Every year teams in playoff contention will call upon some of their premier minor leaguers to fill a gap on their major league roster. More often than not, the moves are questioned by baseball analysts because the player might not be ready or might not be that good. Sometimes they're right and sometimes they're wrong. But when one of these reinforcements come up to the bigs and shine it's magical.
For example, last year, the Orioles called upon a newly 20 year old named Manny Machado on August 9th. Machado proved to be wizard at the hot corner and an upgrade over Wilson Betemit with the bat. He then went 1-3 with an RBI and more flashes of spectacular leather in the Wild Card game against the Texas Rangers. Young Manny fell short in the ALCS against the Yankees but did hit a home run in a 3-2 loss.
Going back two years, you have Matt Moore. Moore was summoned on September 14, just a couple weeks before the end of the regular season, but he made a huge difference. Moore pitched 3 spectacular games as the Rays snuck by the Red Sox by one game for the AL Wild Card (back when there was only one WC spot).
There's endless examples going back to K-Rod in 2002 and David Price in 2008. These young guns can electrify a team and make all the difference in a race that's decided by a couple games or a postseason series that's almost a coin flip. There are bound to be a couple of these stories in 2013 and our teams of interest have some interesting heroes waiting in the wings.
Boston Red Sox
Xander Bogaerts - Xander is widely considered one of the top prospects in baseball. More or less in the mold of for Boston prospect Hanley Ramirez, Bogaerts is a shortstop who can absolutely mash. He's hit .298/.389/.480 between AA and AAA this season and, oh yeah, he's 20. Boston's other options at third base are Will Middlebrooks (can't hit/walk) or Brock Holt (who?) so Xander is pretty clearly the best option available to manager John Farrell. Bogaerts is a shortstop by trade, but an iffy one who will fit better long term at third base, so the Sox shouldn't hesitate to use him there. In fact, he's been used at third for the first time in his career since his promotion to AAA, so Boston seems to be thinking the same thing.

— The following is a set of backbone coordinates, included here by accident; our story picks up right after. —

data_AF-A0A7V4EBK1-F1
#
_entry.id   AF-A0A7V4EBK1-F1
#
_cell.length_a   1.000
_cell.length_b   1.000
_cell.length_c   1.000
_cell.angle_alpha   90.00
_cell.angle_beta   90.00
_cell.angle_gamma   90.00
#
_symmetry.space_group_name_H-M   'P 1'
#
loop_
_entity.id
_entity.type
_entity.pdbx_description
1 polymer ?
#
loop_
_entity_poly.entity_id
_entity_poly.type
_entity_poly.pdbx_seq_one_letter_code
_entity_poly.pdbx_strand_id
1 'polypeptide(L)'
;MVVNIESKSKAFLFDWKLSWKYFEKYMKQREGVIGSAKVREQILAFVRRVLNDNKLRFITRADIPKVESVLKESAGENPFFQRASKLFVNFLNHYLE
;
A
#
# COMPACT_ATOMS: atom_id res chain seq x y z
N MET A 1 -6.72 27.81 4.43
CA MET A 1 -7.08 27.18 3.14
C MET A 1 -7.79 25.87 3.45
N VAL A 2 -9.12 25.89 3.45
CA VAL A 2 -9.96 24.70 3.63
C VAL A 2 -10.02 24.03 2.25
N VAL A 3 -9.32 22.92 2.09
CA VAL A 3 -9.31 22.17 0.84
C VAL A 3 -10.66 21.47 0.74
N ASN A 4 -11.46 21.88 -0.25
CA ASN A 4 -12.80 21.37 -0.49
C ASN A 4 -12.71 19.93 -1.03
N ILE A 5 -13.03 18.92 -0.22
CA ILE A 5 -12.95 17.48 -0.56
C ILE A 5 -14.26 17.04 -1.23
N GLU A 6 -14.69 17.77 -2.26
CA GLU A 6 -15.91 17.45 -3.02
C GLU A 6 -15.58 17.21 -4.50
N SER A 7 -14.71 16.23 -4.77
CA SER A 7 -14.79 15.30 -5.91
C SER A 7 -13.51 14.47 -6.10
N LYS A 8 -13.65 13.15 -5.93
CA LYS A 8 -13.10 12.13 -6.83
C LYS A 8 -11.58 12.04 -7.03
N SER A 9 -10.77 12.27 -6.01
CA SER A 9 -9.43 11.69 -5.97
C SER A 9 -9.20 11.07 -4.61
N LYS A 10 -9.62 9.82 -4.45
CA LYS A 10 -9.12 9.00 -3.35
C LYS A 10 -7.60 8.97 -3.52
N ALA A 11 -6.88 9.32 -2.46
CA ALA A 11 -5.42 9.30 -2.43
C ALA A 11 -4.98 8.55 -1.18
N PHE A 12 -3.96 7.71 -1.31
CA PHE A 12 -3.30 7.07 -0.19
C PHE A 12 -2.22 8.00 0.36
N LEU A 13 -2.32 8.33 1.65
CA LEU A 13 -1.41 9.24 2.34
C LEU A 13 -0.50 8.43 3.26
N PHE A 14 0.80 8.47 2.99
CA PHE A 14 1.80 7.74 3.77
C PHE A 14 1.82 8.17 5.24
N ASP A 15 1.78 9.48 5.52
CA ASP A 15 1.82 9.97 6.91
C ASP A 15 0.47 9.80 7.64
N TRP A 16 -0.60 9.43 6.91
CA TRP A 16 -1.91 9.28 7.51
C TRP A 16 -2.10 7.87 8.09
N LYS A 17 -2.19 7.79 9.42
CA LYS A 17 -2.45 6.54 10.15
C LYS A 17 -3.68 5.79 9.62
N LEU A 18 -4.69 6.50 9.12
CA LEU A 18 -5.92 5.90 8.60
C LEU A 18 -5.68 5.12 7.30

Allen Webster - Webster seems like the classic fireballer out of the 'pen type of guy. He's a starting pitcher, so he could offer the Red Sox multiple innings of mid to high 90's fastballs when they need to shutdown an opponent. Think of him like Shelby Miller lite from 2012. Webster has already seen some game action but has had his opening in the rotation filled by Jake Peavy.
Andrew Lambo - Lambo was called up last weekend and will be available to make his major league debut tonight in St. Louis. Lambo has an opening in a right field platoon with righty Jose Tabata. Lambo is the minor league leader in home runs this season, so despite not being a highly lauded prospect like Bogaerts, he has every bit the chance to make a difference.
Jameson Taillon - The Pirates already called up top prospect Gerrit Cole to fill a void in their rotation, but it's possible another will open up with the shaky Jeff Locke and Charlie Morton holding down two of the slots. Taillon will likely be on an innings limit that will keep him to about 40 more from here on out. I wouldn't be surprised if we saw 20 of those come in AAA and then 20 more in the big leagues closer to September. That said, if any team doesn't need bullpen reinforcements, this is it. He might not be a great fit, but he's a great talent.
Sonny Gray - With Tommy Milone's mid-season implosion, Sonny got the call about a month ago. He throws mid to high 90's with a low 90's sinker and plenty of off-speed junk. Translation: he has the deep arsenal to work in the rotation and the power to succeed in the bullpen.
Dan Otero - Otero's an interesting case in that he was never much of a prospect, is 28 and doesn't run his fastball much past 92 mph. But since he's been in the majors (debuted for the A's: June 14th) he's been extremely effective. In fact, he went his first 20.2 innings without walking a single batter. He has the pedigree of a control artist as well, one walk in 27.1 minor league innings. Despite pumping the strike zone, he doesn't seem to give up many meatballs. Otero allowed 0.4 HR/9 in his minor league career and has yet to allow one in the majors. I'm not sure what his secret is, but he'll certainly be a key piece in the back of the A's bullpen.